This chapter discusses homogenous products, so here it is assumed that all these two players have the identical marginal cost. Therefore, the cost function of firm 1 and firm 2 are same and can be given by, Cq=cq, where c>0denotes the marginal cost of the goods and a>calways holds. Then, the profits of firm i, i=1,2can be obtained as follows,


In the real market, there are a lot of firms, who not only pursue their own profits but also take corporate social responsibility into account. A large number of empirical studies have shown how the introduced corporate social responsibility affects firm’s performance, where we interpret corporate social responsibility as either consumer surplus (for short CS) or social welfare (for short SW). In this chapter we take CS into account to analyze which firms have an incentive to exhibit corporate social responsibility as a means of maximizing their profits in a Cournot competition. Based on the above assumptions and the definition of consumer surplus, CS can be written as,


where p¯pais the price variable.

According to the above assumptions, the objective function of the firm ican be given as,


where αirepresents the weight of the consumer surplus in the objective function of firm i, and 0αi1always holds. By substituting (4) and (5) into (6), the objection function of firm ican be given by,


And the first-order condition of the objection function (7) is given as,


It is now significant to specify the information set of both players regarding the objection functions, to determine the behaviors of the players with the change of time. We assume a discrete time tZ+dynamic setting, where two firms with bounded rationality make decisions at the same time. That is, all firms do not have complete knowledge of their competitors’ decisions and the market demands. So it can only use the local estimation of the steepest slope of the objection function at period tto determine the output at period t+1. By following Bischi et al. [16] and Fanti et al. [17], the adjustment mechanism of quantities with the change of time of firm ican be obtained as,


where vi>0,i=1,2is an adjustment parameter of firm i. The firm iwill increase its output at period t+1, if Oitqit>0. But the firm iwill reduce its output at period t+1, if Oitqit>0. By substituting (8) into (9), we can get a two-dimensional map as,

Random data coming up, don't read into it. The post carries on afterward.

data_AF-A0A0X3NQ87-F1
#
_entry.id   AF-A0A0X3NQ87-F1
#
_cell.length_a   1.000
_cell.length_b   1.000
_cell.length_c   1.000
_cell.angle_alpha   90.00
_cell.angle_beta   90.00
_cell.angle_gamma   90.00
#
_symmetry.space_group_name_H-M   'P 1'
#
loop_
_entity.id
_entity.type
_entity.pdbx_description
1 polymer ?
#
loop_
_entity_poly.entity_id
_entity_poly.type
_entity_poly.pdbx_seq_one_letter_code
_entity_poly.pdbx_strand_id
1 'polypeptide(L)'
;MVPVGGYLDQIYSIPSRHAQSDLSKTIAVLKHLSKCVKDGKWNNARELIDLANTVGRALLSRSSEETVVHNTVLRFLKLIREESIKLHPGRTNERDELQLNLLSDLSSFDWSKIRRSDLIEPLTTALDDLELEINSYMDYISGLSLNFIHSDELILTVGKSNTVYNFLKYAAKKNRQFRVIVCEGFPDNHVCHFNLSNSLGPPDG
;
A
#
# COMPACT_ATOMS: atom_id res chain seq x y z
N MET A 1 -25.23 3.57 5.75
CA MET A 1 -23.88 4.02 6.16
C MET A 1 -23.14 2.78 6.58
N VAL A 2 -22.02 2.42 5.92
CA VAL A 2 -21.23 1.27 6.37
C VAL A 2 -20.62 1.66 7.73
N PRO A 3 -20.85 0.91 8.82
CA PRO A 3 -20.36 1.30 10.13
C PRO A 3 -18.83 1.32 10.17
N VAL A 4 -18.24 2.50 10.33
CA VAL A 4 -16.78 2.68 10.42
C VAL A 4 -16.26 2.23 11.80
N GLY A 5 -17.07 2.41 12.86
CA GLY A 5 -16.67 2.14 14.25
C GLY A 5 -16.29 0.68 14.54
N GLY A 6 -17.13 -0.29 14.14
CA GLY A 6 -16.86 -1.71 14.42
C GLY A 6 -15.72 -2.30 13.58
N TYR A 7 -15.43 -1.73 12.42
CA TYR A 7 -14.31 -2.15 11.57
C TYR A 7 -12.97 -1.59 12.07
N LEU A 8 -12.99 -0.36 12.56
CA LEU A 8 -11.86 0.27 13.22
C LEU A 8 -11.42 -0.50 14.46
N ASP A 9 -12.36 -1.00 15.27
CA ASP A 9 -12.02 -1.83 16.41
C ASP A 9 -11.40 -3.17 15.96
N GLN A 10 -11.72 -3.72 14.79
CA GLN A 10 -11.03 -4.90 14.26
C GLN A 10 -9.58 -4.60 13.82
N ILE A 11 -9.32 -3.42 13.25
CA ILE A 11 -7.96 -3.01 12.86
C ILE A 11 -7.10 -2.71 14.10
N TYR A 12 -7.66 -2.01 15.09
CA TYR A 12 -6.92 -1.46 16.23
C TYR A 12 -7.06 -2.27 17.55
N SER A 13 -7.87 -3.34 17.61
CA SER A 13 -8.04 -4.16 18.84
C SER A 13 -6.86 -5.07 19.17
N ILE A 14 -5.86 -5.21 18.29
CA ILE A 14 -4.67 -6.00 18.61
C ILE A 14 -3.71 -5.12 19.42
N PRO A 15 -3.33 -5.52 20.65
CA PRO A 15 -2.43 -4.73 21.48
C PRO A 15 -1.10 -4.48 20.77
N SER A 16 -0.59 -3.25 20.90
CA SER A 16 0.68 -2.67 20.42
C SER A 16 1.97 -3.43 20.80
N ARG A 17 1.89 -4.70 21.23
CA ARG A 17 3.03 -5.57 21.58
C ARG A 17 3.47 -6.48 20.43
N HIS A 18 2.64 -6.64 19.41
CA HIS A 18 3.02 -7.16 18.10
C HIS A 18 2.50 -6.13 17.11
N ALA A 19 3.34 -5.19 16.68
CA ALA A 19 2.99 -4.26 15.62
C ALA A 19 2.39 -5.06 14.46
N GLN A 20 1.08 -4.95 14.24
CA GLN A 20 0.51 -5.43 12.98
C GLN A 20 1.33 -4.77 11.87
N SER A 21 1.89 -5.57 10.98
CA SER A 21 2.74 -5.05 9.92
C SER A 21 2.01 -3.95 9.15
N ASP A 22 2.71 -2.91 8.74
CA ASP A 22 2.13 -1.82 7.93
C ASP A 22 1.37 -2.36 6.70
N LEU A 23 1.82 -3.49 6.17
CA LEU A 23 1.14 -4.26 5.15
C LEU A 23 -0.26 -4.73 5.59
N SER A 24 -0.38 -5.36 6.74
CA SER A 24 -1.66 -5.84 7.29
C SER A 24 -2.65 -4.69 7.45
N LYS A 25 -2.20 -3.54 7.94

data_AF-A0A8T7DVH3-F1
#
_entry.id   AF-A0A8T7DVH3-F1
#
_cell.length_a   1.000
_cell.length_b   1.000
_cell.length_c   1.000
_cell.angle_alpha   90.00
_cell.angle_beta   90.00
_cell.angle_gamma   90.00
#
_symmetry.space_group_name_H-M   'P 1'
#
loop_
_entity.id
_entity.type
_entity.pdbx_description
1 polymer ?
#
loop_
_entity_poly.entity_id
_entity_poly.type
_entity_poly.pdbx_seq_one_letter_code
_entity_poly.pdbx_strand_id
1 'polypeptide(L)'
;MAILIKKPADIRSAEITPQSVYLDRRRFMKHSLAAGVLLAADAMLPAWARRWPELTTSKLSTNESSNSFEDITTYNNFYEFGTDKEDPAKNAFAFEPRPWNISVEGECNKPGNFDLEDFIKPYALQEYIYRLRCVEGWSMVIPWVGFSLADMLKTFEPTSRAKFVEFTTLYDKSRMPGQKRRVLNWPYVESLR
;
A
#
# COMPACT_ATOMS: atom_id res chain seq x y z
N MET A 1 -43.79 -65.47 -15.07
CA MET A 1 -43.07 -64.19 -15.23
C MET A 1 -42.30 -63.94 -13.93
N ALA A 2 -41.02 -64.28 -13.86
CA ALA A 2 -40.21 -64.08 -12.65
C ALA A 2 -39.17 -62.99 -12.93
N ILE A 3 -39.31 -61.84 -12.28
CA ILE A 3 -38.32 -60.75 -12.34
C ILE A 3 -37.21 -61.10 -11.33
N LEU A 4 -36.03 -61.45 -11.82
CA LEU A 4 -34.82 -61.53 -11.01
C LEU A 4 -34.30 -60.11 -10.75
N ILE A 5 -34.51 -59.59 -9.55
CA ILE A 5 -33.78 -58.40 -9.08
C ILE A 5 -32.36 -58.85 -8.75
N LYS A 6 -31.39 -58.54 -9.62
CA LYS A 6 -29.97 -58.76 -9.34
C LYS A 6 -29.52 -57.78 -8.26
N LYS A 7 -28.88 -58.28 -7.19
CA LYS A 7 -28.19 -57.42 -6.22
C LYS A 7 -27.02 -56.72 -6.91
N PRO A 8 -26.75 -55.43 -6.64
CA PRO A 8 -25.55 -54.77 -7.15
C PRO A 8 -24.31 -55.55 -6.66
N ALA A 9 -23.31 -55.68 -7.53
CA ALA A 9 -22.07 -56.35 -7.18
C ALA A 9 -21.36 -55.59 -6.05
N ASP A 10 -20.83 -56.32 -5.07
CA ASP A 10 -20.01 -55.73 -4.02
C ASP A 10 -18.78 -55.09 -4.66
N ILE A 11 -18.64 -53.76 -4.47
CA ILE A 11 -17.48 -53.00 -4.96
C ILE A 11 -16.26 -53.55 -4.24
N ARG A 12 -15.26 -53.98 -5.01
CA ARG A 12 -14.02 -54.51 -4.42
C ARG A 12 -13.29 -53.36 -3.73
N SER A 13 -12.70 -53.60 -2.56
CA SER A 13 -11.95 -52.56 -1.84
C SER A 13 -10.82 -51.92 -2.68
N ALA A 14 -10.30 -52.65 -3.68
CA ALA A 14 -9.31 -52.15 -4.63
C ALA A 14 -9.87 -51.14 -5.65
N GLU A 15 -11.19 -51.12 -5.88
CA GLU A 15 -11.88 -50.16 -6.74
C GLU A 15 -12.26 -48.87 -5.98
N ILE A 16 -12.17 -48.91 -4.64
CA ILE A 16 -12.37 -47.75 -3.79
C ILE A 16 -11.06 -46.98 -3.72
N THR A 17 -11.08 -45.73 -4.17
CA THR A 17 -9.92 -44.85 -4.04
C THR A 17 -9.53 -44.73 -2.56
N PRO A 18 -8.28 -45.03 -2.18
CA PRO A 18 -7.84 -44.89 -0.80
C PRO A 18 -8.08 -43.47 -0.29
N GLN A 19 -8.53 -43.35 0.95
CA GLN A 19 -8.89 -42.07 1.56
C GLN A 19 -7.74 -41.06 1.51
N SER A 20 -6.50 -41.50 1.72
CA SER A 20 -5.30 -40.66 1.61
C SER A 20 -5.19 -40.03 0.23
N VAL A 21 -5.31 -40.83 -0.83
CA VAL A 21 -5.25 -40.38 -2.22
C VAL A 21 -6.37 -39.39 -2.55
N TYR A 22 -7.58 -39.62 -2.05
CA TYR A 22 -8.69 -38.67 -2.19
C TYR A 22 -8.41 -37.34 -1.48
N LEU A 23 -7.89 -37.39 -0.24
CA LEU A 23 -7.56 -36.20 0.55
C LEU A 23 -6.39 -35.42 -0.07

Since the output of a firm cannot be negative, the initial conditions of map Tbelong to


By setting qit+1=qit,i=1,2in system (10), the fixed points of the system are obtained. Besides the trivial equilibrium E0=00, system (10) admits the following non-trivial fixed points (boundary equilibrium points),


and the only Nash equilibrium is


where A1=1α1, A2=1α2, B1=3α12, B2=3α22, C1=2α11and C2=2α21. The positivity of Eii=12and Eis ensured by requiring S=S1S2, where


3. Stability properties

The local stability analyses of system (10) near the fixed points are too difficult to carry on. For the sake of analyzing the local stability of the system, we firstly let α1=α2=αin system (10). And the Jacobian matrix of map Tat any fixed point q1q2can be given as,


Then all the equilibrium points are substituted into the Jacobian matrix (12). According to the characteristic values of the Jacobian matrix evaluated at each equilibrium, the type and stability of the equilibrium can be analyzed and the following results can be obtained.

Proposition 1. The equilibrium point E0is always an unstable node.

Proof. It is clear that the Jacobian matrix of map T, evaluated at the boundary equilibrium point E0can be written as,


The eigenvalues of JE0are given by λi=1+vi1αac,i=1,2. Since (11) holds and vi>0,i=12then λi>1,i=12which implies that E0is an unstable node.

Proposition 2.E1is a saddle point, when v2<21αac. And E1is an unstable node, when v2>21αac.

Proof. By substituting the equilibrium E1into (11), the Jacobian matrix of map Tevaluated at the boundary equilibrium point E1can be written as,


The eigenvalues of JE1are given by λ1=1+v11αacα13α2and λ2=1v21αac. Since (11) holds and v1>0, then λ1>1always meets. According to (11) and v2>0, we can deduce that λ2<1if and only if v2<21αac. That is, when v2<21αacmeets, the equilibrium E1is a saddle point. Similarly, the equilibrium E1is an unstable node, when v2>21αac.

Similar to the case of the equilibrium E1, it can be also proved that E2is a saddle point when v1<21αac, and E2is an unstable node when v1>21αac.

For the purpose of research of the local stability near the Nash equilibrium, we should compute the Jacobian matrix evaluated at the Nash equilibrium Eas,


It can be seen that the form of the Jacobian matrix is so complex. In order to simplify the calculation, let


Then the trace and the determinant of the Jacobian matrix evaluated at the Nash equilibrium Ecan be given as,


According to Jury condition, if we substitute the specific mathematical expressions of q1, q2into the above two equations, then the following set of inequalities can be gotten through a complex calculation,